Friday April 20, 2018
Home India Body of a Men...

Body of a Mentally disturbed woman found beside ‘mother’s skeleton’ in Agra

The skeleton seemed to be that of Beena's mother, who is believed to have died some months ago

0
//
46
crime
Representational image, Pixabay
Republish
Reprint

Agra, Feb 25, 2017: A woman, said to be mentally disturbed, was found lying dead close to a skeleton in her house here on Saturday, police said.

Go to NewsGram and check out news related to political current issues.

Neighbours told police that Beena, aged around 45, was not seen for some days and the old house in which she was living alone, was emitting a terrible stink.

As some of neighbours forced through the locked door, they were taken aback to confront Beena lying dead on the floor near a skeleton. Police was informed immediately.

NewsGram brings to you latest new stories in India.

Inspector Sunil Sharma said the bodies had been sent for post-mortem examination and an inquiry ordered.

Look for latest news from India in NewsGram.

The skeleton seemed to be that of Beena’s mother, who is believed to have died some months ago. (IANS)

Click here for reuse options!
Copyright 2017 NewsGram

Next Story

6-inch skeleton found in Chile not of alien: Study

Some of these mutations, though found in genes already known to cause disease, had never before been associated with bone growth or developmental disorders

0
//
52
The skeleton found was not of an alien. IANS
  • The skeleton found in Chile is not of an alien
  • Instead of an alien, it could be an infant with a bone-ageing disorder
  • The discovery earlier held the interest of many

Ruling out the possibility of the extra-terrestrial origin of a mysterious six-inch skeleton discovered in Chile, scientists have found that it was of a female, likely a foetus, who had a rare, bone-ageing disorder.

Discovered more than a decade ago in an abandoned town in the Atacama Desert, the mummified specimen, nicknamed Ata, started to garner public attention after it found a permanent home in Spain.

Standing just six inches tall with an angular, elongated skull and sunken, slanted eye sockets, the Internet began to bubble with other-worldly hullabaloo and talk of ET. But the analysis by Stanford University School of Medicine scientists suggests that Ata was, without doubt, a human.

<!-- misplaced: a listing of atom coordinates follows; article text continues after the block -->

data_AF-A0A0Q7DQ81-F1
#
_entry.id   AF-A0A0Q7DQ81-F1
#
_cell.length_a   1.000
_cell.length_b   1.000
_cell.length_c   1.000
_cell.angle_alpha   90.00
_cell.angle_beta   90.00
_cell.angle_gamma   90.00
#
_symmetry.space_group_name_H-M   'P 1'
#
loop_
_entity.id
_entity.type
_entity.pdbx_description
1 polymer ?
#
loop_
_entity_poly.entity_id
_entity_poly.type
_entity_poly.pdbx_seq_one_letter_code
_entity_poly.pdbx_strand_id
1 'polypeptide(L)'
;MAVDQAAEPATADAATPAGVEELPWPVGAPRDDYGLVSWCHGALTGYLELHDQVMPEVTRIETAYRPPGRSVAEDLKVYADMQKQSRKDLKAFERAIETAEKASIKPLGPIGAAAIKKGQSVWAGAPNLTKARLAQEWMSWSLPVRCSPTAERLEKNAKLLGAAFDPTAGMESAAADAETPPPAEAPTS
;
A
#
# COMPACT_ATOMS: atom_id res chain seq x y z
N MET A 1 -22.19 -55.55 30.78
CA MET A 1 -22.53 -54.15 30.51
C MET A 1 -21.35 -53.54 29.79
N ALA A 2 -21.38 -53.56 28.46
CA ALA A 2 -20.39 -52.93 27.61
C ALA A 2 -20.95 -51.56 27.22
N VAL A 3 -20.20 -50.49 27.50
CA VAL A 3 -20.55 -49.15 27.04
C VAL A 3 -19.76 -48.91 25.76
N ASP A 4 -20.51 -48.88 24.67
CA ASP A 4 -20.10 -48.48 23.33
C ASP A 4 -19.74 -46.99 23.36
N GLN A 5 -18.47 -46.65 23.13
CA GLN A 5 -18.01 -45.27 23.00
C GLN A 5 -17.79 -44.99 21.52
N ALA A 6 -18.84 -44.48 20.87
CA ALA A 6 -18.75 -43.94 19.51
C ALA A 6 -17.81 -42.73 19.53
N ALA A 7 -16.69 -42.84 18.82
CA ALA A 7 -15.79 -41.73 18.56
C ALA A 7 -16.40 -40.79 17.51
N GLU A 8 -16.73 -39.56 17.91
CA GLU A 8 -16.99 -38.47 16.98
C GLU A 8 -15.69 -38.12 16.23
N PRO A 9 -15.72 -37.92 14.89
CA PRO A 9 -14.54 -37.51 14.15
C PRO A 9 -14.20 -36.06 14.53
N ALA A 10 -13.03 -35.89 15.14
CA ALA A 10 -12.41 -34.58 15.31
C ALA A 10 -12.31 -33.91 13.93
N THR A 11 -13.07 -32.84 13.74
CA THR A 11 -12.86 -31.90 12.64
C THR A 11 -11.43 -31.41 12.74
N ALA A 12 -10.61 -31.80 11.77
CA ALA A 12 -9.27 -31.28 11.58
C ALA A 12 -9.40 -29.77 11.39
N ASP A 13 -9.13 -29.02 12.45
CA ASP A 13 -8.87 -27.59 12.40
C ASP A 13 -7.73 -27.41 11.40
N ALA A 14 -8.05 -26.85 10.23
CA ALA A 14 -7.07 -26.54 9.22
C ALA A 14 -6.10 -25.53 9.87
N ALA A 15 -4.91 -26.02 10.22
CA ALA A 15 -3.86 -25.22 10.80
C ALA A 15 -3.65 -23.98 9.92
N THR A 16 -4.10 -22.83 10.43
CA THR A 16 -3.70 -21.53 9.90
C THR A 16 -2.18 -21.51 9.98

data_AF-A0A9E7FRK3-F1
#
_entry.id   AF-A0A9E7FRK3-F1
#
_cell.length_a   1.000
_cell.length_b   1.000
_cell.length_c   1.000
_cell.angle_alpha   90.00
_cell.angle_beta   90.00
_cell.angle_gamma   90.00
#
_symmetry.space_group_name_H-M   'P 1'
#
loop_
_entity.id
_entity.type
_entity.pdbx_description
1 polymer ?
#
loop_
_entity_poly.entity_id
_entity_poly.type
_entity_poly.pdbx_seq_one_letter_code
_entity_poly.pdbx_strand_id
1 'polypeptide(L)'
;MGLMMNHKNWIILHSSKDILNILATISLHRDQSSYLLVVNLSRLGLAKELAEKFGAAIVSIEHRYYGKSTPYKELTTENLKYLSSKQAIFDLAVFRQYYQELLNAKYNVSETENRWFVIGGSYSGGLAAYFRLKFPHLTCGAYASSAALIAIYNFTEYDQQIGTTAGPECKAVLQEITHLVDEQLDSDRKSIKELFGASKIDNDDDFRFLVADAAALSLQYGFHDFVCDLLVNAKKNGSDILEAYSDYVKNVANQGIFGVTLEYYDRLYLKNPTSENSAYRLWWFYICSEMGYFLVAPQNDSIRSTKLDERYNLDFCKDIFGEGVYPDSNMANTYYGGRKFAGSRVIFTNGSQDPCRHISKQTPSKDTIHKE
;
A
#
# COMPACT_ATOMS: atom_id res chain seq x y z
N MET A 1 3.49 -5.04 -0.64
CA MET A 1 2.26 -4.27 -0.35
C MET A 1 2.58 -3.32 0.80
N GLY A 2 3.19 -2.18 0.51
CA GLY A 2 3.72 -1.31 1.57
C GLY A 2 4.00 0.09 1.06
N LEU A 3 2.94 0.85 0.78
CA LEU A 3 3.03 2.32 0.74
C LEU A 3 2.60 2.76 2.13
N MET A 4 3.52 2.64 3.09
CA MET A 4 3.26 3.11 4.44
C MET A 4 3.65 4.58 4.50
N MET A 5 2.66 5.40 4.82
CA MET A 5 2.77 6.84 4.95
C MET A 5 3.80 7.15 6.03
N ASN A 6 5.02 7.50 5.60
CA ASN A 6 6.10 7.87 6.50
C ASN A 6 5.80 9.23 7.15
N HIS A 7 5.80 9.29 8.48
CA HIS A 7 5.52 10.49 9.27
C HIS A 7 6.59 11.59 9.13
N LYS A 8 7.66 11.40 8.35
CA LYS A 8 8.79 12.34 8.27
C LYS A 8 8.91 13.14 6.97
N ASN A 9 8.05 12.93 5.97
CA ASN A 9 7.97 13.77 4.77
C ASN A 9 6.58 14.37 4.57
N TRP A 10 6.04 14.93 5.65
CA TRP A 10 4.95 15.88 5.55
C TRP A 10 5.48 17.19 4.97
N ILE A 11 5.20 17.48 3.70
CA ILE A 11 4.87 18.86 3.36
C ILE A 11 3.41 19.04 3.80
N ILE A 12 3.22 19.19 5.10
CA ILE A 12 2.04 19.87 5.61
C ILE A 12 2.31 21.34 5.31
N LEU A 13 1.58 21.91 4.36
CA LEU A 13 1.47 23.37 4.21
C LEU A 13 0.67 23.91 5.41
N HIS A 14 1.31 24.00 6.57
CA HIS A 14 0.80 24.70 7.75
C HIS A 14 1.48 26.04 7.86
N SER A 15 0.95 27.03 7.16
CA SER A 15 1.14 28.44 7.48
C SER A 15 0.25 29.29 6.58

Earlier the skeleton was thought to belong to an alien. Pixabay

This was the skeleton of a human female that had suffered severe genetic mutations, according to the study published in the journal published in the Genome Research. Ata, though most likely a foetus, had the bone composition of a six-year-old, an indication that she had a rare, bone-ageing disorder, the study found.

To understand the genetic drivers at play, the researchers extracted a small DNA sample from Ata’s ribs and sequenced the entire genome. The skeleton is approximately 40 years old, so its DNA is modern and still relatively intact. Moreover, data collected from whole-genome sequencing showed that Ata’s molecular composition aligned with that of a human genome.

Wile a small percentage of the DNA was unmatchable with human DNA, that was due to a degraded sample, not extraterrestrial biology, said one of the researchers Garry Nolan, Professor at Stanford. The genomic results confirmed Ata’s Chilean descent and turned up a slew of mutations in seven genes that separately or in combinations contribute to various bone deformities, facial malformations or skeletal dysplasia, more commonly known as dwarfism.

Also Read: Do Aliens Exist? 10 Undeniable Reasons that will make you believe in Aliens!

Some of these mutations, though found in genes already known to cause disease, had never before been associated with bone growth or developmental disorders. Knowing these new mutational variants could be useful, Nolan said, because they add to the repository of known mutations to look for in humans with these kinds of bone or physical disorders.

“For me, what really came of this study was the idea that we shouldn’t stop investigating when we find one gene that might explain a symptom. It could be multiple things going wrong, and it’s worth getting a full explanation, especially as we head closer and closer to gene therapy,” said study co-author Atul Butte of the University of California-San Francisco. IANS

Next Story